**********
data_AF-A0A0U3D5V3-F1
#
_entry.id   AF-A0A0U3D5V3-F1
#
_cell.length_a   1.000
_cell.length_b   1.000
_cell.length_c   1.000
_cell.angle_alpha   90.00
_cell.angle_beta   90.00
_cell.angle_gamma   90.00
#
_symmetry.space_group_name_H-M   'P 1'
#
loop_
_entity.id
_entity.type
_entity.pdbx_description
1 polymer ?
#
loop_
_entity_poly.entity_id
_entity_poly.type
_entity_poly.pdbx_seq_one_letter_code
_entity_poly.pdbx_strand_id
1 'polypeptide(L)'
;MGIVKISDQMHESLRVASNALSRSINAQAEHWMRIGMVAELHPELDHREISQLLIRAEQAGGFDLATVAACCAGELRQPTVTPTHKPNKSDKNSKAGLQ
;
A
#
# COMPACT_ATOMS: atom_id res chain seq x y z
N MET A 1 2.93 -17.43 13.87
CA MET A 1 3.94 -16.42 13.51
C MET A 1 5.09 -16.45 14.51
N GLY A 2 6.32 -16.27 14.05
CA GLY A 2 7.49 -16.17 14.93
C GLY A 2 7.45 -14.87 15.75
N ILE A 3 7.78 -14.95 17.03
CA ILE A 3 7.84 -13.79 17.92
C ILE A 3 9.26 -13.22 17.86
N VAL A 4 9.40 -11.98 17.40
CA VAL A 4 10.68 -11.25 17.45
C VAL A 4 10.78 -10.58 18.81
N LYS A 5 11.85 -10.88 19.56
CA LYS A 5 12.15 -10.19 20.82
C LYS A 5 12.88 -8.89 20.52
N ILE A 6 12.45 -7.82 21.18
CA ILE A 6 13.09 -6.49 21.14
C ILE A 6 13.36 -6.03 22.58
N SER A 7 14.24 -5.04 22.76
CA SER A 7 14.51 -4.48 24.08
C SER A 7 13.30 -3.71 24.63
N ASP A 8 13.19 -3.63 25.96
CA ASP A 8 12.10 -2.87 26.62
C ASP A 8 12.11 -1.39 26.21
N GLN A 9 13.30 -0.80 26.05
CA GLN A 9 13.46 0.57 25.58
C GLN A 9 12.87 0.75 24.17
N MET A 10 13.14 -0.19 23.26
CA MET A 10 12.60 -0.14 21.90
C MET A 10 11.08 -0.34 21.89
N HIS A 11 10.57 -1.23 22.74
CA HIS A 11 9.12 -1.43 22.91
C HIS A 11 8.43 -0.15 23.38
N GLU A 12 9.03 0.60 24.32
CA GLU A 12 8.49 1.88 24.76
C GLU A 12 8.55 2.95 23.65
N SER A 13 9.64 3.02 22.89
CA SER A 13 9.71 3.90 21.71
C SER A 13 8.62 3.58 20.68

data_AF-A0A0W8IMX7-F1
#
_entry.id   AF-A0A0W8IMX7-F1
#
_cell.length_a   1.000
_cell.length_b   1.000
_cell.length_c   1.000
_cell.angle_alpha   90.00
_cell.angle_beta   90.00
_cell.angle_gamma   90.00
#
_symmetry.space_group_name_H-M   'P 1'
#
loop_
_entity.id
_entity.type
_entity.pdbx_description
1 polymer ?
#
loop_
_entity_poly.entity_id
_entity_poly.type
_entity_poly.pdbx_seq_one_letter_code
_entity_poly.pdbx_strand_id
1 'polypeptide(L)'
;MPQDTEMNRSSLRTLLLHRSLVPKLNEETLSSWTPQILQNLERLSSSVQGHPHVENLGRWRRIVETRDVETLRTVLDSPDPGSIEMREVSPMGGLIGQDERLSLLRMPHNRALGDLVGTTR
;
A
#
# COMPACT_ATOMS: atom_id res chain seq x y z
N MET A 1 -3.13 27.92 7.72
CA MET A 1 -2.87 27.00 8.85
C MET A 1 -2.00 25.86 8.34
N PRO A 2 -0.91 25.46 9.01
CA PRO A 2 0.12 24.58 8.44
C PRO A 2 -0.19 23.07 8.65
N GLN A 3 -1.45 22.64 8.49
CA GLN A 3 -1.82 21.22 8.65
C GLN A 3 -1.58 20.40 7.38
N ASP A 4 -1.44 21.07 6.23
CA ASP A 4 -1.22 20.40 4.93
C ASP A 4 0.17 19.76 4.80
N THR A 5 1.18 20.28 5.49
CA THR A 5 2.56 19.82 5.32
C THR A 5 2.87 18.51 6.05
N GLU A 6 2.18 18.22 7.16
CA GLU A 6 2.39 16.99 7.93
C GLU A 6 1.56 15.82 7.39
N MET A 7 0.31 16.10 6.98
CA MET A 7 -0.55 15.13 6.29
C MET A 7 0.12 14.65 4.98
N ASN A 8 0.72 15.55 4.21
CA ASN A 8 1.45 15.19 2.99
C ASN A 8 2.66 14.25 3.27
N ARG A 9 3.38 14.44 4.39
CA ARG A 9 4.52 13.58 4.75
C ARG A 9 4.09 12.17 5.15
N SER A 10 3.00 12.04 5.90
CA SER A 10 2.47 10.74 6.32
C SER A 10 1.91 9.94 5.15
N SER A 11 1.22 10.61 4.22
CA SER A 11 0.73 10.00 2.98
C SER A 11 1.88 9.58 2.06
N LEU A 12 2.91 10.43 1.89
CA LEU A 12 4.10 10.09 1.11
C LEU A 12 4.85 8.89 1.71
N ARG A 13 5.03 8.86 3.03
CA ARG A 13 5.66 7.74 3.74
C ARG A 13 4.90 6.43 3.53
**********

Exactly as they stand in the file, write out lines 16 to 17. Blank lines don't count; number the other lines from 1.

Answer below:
_entity.type
_entity.pdbx_description